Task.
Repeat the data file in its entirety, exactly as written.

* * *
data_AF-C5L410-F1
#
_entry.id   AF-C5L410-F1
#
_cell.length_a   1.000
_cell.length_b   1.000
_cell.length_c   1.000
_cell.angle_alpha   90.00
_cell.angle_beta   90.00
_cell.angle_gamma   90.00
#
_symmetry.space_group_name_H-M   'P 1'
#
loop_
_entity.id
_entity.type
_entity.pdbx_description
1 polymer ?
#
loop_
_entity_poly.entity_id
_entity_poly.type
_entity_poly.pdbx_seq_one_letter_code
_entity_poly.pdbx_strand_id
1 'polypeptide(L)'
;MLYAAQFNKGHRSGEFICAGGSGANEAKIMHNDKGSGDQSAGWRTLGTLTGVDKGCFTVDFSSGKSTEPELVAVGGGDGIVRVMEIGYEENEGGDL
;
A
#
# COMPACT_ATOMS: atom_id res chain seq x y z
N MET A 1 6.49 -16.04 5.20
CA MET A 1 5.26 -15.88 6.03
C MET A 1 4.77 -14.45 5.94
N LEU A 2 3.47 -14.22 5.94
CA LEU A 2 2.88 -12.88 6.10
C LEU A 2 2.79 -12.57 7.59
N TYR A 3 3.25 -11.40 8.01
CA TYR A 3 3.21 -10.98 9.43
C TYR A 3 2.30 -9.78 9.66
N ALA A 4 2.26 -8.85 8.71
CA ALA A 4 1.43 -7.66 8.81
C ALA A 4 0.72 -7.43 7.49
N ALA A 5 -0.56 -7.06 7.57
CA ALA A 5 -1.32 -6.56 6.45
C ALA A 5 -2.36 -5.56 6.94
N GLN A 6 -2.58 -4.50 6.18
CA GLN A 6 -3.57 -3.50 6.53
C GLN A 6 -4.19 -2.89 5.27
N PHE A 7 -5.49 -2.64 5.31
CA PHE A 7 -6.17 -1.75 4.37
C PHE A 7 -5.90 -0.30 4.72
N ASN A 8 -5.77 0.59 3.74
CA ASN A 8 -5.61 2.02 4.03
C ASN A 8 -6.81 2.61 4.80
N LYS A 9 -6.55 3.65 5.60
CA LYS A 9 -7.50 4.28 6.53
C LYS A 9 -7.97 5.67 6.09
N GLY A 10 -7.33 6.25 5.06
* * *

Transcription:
data_AF-C5L410-F1
#
_entry.id   AF-C5L410-F1
#
_cell.length_a   1.000
_cell.length_b   1.000
_cell.length_c   1.000
_cell.angle_alpha   90.00
_cell.angle_beta   90.00
_cell.angle_gamma   90.00
#
_symmetry.space_group_name_H-M   'P 1'
#
loop_
_entity.id
_entity.type
_entity.pdbx_description
1 polymer ?
#
loop_
_entity_poly.entity_id
_entity_poly.type
_entity_poly.pdbx_seq_one_letter_code
_entity_poly.pdbx_strand_id
1 'polypeptide(L)'
;MLYAAQFNKGHRSGEFICAGGSGANEAKIMHNDKGSGDQSAGWRTLGTLTGVDKGCFTVDFSSGKSTEPELVAVGGGDGIVRVMEIGYEENEGGDL
;
A
#
# COMPACT_ATOMS: atom_id res chain seq x y z
N MET A 1 6.49 -16.04 5.20
CA MET A 1 5.26 -15.88 6.03
C MET A 1 4.77 -14.45 5.94
N LEU A 2 3.47 -14.22 5.94
CA LEU A 2 2.88 -12.88 6.10
C LEU A 2 2.79 -12.57 7.59
N TYR A 3 3.25 -11.40 8.01
CA TYR A 3 3.21 -10.98 9.43
C TYR A 3 2.30 -9.78 9.66
N ALA A 4 2.26 -8.85 8.71
CA ALA A 4 1.43 -7.66 8.81
C ALA A 4 0.72 -7.43 7.49
N ALA A 5 -0.56 -7.06 7.57
CA ALA A 5 -1.32 -6.56 6.45
C ALA A 5 -2.36 -5.56 6.94
N GLN A 6 -2.58 -4.50 6.18
CA GLN A 6 -3.57 -3.50 6.53
C GLN A 6 -4.19 -2.89 5.27
N PHE A 7 -5.49 -2.64 5.31
CA PHE A 7 -6.17 -1.75 4.37
C PHE A 7 -5.90 -0.30 4.72
N ASN A 8 -5.77 0.59 3.74
CA ASN A 8 -5.61 2.02 4.03
C ASN A 8 -6.81 2.61 4.80
N LYS A 9 -6.55 3.65 5.60
CA LYS A 9 -7.50 4.28 6.53
C LYS A 9 -7.97 5.67 6.09
N GLY A 10 -7.33 6.25 5.06